COURTESY OF SCOTTYMON/WIKIMEDIA COMMONS
Not even a multi-million dollar signing bonus could entice 21-year-old dual athlete Kyler Murray to choose the Oakland Athletics.
The Oakland Athletics took a standout two-sport athlete Kyler Murray, from the University of Oklahoma, ninth overall in the 2018 Major League Baseball draft in June 2018.
The A’s took a risk giving the now-Heisman winner a $4.66 million signing bonus in hopes he would follow in the footsteps of former Oakland Athletic, Jeff Samardzija who was also a highly successful wide receiver and pitcher at the University of Notre Dame.
Now that Murray has officially decided on football as of this week, he is required to return $1.29 million of the $1.5 million he was already given, while forfeiting the final $3.16 million he would have received March 1.
Murray, an outfielder, who had fewer than 250 at bats in his collegiate baseball career, could have been drafted into Major League Baseball straight out of high school.
He was the first high schooler ever to be named an Under Armor All American in both baseball and football.
He opted to play both sports at Texas A&M before transferring to the University of Oklahoma behind now Browns’ first overall pick, quarterback Baker Mayfield.
Murray took the Sooners to win their fourth consecutive Big 12 championship as well as taking them to semifinal of the college football playoffs against the University of Alabama.
The first player in NCAA Division 1 football history to average both 300 yards passing and 60 yards rushing it is easy to see how solid of a football player Murray really is. Yet standing at about 5’10 and weighing 190 pounds it is not an appealing body type for the NFL when choosing a quarterback.
Although Murray is considered smaller than the average NFL quarterback, he has a solid shot of landing in the top 10 of this upcoming draft class, due to there only being one other quarterback with attention on him, Ohio State’s Dwayne Haskins. With a heavy defensive class, Murray will be able to stand out at the NFL Combine which will start Feb. 26.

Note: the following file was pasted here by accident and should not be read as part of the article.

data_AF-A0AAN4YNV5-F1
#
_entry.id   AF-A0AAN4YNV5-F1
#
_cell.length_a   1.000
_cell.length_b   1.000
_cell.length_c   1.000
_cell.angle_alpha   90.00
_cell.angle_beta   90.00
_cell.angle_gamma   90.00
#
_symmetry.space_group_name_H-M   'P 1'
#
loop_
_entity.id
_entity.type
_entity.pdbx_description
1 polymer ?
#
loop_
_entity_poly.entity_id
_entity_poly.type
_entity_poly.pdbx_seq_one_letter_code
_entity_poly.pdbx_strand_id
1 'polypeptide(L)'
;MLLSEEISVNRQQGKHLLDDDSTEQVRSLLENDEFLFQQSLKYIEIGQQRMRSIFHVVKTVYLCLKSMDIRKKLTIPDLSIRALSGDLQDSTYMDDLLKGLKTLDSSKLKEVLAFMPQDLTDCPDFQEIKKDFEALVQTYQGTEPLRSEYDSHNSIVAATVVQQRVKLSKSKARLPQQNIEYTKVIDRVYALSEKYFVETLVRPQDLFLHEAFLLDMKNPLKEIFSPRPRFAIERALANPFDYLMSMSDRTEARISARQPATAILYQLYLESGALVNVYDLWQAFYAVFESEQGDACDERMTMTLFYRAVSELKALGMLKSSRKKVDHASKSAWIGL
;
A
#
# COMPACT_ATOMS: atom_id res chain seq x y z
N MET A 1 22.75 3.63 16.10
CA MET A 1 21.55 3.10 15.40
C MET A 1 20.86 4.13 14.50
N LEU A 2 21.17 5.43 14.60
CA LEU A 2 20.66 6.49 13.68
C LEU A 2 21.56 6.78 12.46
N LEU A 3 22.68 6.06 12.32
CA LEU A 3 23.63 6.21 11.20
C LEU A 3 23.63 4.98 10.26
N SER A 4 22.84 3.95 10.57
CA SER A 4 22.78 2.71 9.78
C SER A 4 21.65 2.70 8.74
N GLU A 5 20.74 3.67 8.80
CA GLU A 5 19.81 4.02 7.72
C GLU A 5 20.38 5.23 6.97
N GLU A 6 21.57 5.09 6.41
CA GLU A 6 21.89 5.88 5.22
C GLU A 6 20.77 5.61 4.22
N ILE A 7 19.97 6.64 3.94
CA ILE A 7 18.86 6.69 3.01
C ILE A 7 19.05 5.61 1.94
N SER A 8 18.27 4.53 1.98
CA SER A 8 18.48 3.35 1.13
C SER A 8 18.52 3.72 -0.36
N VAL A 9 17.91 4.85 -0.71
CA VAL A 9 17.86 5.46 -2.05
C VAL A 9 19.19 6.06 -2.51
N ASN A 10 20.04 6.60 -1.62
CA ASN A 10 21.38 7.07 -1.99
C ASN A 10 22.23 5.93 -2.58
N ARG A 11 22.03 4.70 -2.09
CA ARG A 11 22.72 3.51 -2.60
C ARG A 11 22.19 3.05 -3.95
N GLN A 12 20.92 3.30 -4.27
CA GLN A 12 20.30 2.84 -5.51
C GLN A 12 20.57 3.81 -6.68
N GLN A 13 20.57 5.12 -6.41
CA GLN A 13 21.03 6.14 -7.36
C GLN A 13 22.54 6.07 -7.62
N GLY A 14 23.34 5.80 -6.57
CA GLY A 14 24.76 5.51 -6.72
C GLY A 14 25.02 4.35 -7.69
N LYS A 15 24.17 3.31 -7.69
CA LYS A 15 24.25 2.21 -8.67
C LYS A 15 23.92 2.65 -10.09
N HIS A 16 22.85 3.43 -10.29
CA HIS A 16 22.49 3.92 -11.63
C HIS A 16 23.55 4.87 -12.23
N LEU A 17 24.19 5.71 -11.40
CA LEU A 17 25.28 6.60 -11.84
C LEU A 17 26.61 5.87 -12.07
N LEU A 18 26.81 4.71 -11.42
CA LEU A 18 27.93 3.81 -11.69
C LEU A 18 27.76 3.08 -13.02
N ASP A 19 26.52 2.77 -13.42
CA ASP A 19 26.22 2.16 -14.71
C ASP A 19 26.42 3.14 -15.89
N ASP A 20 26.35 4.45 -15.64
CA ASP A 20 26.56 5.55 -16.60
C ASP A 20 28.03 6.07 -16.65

As a result, the MLB Players Association brainstormed new ideas for the upcoming seasons. One idea would allow dual-sport athletes who enter the MLB draft to be eligible for Major League contracts so there is not a capped amount of spending like in the minor leagues.
“The sporting world’s a little different now than it was when I played. The talent pool is deep. I can’t tell the young man what to do, but whatever sport he chooses, concentrate on it,” said fellow dual athlete Bo Jackson.
“Moving forward, I am firmly and fully committing my life and time to becoming a NFL quarterback. Football has been my love and passion my entire life,” said Murray in a tweet this week. “I was raised to play QB, and I very much look forward to dedicating 100% of myself to becoming the best QB possible and winning NFL Championships. I eagerly await the opportunity to continue to prove to NFL decision makers that I am the franchise QB in this draft.”
Now making it clear he is headed to the NFL draft, there are no hard feelings from the Athletics. General Manager David Forst stated that Oakland still does not regret the decision they made taking him so high in the draft.
“We took the best athlete on the board and what we thought was the best baseball player on the board too… we don’t regret the pick at all,” Forst told MLB.com’s Jane Lee in an interview.
If Murray gets chosen in the first round of the NFL draft, he will be the first athlete ever to be chosen in the first round of the MLB and NFL.
Only time will tell how well the compelling dual-threat athlete will do in his upcoming career in the NFL starting with the NFL Draft on April 25.